This brings us to the main celebration of the Resurrection of our Lord commencing late Holy Saturday night. As we all know very well, the main symbol of the Resurrection is the lit candle which we hold throughout the Orthros and Liturgy of Pascha. We have already spoken above of the symbolism of the candle; however, in this case we clearly understand the flame as the Light of the Risen Christ. The Light comes from the “sleepless vigil lamp” constantly burning on the Holy Table, which represents both the Throne of God and the empty Tomb. The distribution and receipt of the Light of the Resurrection should also remind us of the annual miraculous appearance of the Holy Fire in the Church of the Holy Sepulcher in Jerusalem (for more information on this miracle, do a google search for articles, as well as a YouTube search for many videos on the miracle).
A secondary symbol of the Resurrection are the red paschal eggs, which are traditionally dyed on either Holy Thursday or Saturday (never on Holy Friday!), and blessed in church after the liturgy of Pascha. It is important for us to teach our children that these are blessed eggs that represent important theological teachings – very different from the multi-colored Easter eggs used in eggs hunts that seem to have more of a connection to bunnies and springtime, than with the death and resurrection of our Lord. Now please do not misunderstand that there is any wrong with multi-colored eggs and egg hunts. We can incorporate such traditions in our celebration as long as we teach the importance and significance of the red eggs, which should be quite obvious. The red color of course represents the blood shed by our Lord in His passion and death on the Cross, while the egg itself represents both the tomb of Christ and new life.
Along with red eggs being a tradition in our homes, there is also the sweet bread baked for the feast known as lambropsomo, which usually has a red egg baked into the loaf. With this tradition we don’t just see a symbol of the death and resurrection of our Lord through the red egg, but also the emphasis on the sweetness of eternal life in the Kingdom granted through the Resurrection. Of course, the paschal celebration is never complete without the presence of roast lamb. Again, this is an obvious symbol of Pascha – the new Passover of the Lamb of God, Jesus Christ, who is the final and perfect sacrifice offered for the redemption of mankind.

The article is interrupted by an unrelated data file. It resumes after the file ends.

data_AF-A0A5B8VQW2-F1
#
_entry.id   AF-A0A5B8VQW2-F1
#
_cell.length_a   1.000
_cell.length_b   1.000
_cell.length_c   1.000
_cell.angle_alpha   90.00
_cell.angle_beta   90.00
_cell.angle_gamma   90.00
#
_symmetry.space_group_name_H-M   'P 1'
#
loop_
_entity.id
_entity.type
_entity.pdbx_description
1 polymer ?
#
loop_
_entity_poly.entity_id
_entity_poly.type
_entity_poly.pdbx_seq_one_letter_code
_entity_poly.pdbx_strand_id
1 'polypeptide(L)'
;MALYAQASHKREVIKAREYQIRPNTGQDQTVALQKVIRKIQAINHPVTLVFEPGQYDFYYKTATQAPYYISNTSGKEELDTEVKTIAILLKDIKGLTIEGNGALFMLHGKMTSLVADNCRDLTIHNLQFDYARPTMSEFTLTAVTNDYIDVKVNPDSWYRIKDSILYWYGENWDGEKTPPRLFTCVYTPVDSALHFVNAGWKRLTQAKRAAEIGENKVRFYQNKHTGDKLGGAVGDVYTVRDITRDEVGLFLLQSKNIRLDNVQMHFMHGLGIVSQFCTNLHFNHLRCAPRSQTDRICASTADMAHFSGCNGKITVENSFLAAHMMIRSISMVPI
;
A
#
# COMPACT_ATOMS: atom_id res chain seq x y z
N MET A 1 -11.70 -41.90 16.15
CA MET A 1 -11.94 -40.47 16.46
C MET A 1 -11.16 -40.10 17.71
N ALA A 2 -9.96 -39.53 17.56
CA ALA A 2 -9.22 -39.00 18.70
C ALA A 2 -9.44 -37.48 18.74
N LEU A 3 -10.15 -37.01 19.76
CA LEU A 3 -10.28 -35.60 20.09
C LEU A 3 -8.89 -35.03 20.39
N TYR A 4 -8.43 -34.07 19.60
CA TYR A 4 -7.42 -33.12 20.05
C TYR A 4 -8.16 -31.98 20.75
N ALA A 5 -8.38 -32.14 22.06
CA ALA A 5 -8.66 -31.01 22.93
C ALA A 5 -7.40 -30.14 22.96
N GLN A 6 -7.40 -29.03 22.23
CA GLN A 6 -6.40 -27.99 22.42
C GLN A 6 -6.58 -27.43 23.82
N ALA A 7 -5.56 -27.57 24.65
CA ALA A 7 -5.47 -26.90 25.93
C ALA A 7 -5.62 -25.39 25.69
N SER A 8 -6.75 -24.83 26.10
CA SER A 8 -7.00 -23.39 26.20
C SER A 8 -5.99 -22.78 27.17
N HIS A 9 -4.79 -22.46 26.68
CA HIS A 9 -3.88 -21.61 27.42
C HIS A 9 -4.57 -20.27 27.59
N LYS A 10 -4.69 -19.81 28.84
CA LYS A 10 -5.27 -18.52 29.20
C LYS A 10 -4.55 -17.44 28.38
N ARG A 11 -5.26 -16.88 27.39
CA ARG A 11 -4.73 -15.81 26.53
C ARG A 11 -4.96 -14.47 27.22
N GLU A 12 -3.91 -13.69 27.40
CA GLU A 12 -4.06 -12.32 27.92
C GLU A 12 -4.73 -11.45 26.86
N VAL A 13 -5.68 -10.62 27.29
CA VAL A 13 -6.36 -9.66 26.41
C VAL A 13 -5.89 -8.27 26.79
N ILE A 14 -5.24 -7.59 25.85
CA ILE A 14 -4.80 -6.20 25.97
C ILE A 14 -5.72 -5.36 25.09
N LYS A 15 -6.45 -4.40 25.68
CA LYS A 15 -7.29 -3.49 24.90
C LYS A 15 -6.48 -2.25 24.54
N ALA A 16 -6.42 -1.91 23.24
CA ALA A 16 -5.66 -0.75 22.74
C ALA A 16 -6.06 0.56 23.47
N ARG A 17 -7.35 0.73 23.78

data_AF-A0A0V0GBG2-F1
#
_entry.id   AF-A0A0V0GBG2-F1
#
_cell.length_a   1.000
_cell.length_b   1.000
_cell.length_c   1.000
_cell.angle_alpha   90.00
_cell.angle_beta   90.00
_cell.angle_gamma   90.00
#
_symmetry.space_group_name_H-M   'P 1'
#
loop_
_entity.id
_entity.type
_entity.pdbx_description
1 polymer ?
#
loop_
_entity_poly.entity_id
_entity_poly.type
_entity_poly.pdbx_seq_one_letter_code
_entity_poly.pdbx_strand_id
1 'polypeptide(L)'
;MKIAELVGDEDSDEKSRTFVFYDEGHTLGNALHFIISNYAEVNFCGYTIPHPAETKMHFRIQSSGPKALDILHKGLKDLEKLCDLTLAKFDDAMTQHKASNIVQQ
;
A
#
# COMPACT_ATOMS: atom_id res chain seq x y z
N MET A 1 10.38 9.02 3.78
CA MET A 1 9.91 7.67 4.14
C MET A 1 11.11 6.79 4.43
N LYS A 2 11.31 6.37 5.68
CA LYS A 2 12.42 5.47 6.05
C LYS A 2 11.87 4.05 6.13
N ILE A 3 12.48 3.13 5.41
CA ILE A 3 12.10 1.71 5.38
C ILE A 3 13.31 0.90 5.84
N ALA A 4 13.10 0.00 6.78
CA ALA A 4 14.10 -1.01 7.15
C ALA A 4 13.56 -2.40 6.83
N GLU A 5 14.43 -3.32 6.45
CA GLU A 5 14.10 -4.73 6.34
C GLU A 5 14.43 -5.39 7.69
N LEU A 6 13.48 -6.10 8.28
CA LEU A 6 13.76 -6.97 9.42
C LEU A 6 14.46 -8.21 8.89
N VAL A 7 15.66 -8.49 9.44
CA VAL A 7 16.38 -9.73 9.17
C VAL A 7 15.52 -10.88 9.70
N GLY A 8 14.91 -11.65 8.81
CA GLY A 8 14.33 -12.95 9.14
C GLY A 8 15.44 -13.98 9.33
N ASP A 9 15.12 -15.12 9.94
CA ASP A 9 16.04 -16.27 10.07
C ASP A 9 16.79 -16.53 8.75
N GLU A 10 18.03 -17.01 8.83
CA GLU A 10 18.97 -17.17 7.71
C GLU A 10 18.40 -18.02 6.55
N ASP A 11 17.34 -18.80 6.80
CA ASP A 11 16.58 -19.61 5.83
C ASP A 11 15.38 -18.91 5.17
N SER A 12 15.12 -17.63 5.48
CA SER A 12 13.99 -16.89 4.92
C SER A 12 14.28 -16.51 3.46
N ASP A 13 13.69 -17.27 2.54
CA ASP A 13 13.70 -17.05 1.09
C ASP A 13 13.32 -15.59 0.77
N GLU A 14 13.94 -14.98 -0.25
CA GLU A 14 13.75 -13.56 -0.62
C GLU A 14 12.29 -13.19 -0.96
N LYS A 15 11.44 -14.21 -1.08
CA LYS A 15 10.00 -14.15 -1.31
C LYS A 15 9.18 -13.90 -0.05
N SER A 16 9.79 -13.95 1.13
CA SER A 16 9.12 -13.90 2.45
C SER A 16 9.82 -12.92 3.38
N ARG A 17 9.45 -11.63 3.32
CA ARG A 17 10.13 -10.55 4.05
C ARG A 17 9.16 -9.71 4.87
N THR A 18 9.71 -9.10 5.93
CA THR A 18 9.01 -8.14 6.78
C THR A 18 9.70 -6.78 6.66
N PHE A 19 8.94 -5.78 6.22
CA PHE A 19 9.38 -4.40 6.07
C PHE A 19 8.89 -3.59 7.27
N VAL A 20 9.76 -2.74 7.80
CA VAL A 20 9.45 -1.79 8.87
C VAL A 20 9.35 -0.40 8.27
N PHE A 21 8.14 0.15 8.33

Beloved in Christ, hopefully with these in-depth descriptions and commentary on the various traditions of Holy Week and Pascha, you will come to appreciate them even more from year to year. We should always strive to continuously learn about our Orthodox faith, especially when we are raising children, so that they can learn early on how and why we do certain things in church and in the home. Many parishioners will comment on how their parents would always answer their questions about Church with, “that’s just how we do it.” Hopefully we can take this up a notch by giving well-informed answers that make sense!
Christ is Risen!
The concert will take place in the Church community center.
Buffet and Cocktail Reception with Cash Bar at 7:00 pm
Concert from 8:00 - 10:30 pm
Tickets: $50 for adults, $15 under 18
Please call the Church office (508-559-0910) for reservations
Parents are students are invited to a fun afternoon featuring a Moon Bounce, face painting and food!
Parents are invited to an informal discussion group with all the youth program ministries represented.
Immediately following the Divine Liturgy to 3:00 pm.
Join us on Thursday, May 7th for our annual dinner and fundraiser.
Cocktails - 6:00 pm
Dinner - 7:00 pm
Raffle - 8:00 pm
Donation is $125 per person. Participants can bring a guest for dinner for an additional $25.
Please call the office or contact any Parish Council member for tickets.
Orthros at 8:45 am; Divine Liturgy at 10:00 am
Orthros at 9:00 am; Divine Liturgy at 10:00 am
Saturdays at 6:00 pm
The Annunciation Church now offers an online bill pay service for the convenience of our parishioners. Click on the links below to fulfill your Stewardship or make other payments by credit card.
Donations (in memory of, floral, other)
Annunciation Greek Orthodox Church
457 Oak Street
Brockton, MA 02301
From Route 24 take Exit 18B (Route 27 North - Stoughton).
At lights take a right on to Pearl Street.
At second set of lights take a right on to Oak Street.
Drive 1 mile. The church is on the left. Welcome!
Monday, Wednesday and Friday from 10:00 am to 2:00 pm
Tuesday and Thursday from 9:00 am to 1:00 pm
Rev. Fr. Anthony Evangelatos - Presiding Priest
Office - firstname.lastname@example.org